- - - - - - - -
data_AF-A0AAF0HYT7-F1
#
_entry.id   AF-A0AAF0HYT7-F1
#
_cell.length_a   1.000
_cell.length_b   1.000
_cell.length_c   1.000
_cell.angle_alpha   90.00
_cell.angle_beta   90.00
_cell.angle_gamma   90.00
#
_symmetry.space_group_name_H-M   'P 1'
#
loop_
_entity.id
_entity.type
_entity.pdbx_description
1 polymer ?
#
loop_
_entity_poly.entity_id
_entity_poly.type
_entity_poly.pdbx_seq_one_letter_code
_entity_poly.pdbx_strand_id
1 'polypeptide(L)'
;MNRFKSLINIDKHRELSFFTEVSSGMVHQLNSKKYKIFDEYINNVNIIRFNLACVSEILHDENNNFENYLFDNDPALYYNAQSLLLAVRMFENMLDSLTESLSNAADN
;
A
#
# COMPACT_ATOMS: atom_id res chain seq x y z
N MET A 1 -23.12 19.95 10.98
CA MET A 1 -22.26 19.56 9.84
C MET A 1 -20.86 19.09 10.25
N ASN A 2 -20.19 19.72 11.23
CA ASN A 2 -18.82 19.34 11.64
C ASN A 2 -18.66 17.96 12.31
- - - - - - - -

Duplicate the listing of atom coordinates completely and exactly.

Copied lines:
data_AF-A0AAF0HYT7-F1
#
_entry.id   AF-A0AAF0HYT7-F1
#
_cell.length_a   1.000
_cell.length_b   1.000
_cell.length_c   1.000
_cell.angle_alpha   90.00
_cell.angle_beta   90.00
_cell.angle_gamma   90.00
#
_symmetry.space_group_name_H-M   'P 1'
#
loop_
_entity.id
_entity.type
_entity.pdbx_description
1 polymer ?
#
loop_
_entity_poly.entity_id
_entity_poly.type
_entity_poly.pdbx_seq_one_letter_code
_entity_poly.pdbx_strand_id
1 'polypeptide(L)'
;MNRFKSLINIDKHRELSFFTEVSSGMVHQLNSKKYKIFDEYINNVNIIRFNLACVSEILHDENNNFENYLFDNDPALYYNAQSLLLAVRMFENMLDSLTESLSNAADN
;
A
#
# COMPACT_ATOMS: atom_id res chain seq x y z
N MET A 1 -23.12 19.95 10.98
CA MET A 1 -22.26 19.56 9.84
C MET A 1 -20.86 19.09 10.25
N ASN A 2 -20.19 19.72 11.23
CA ASN A 2 -18.82 19.34 11.64
C ASN A 2 -18.66 17.96 12.31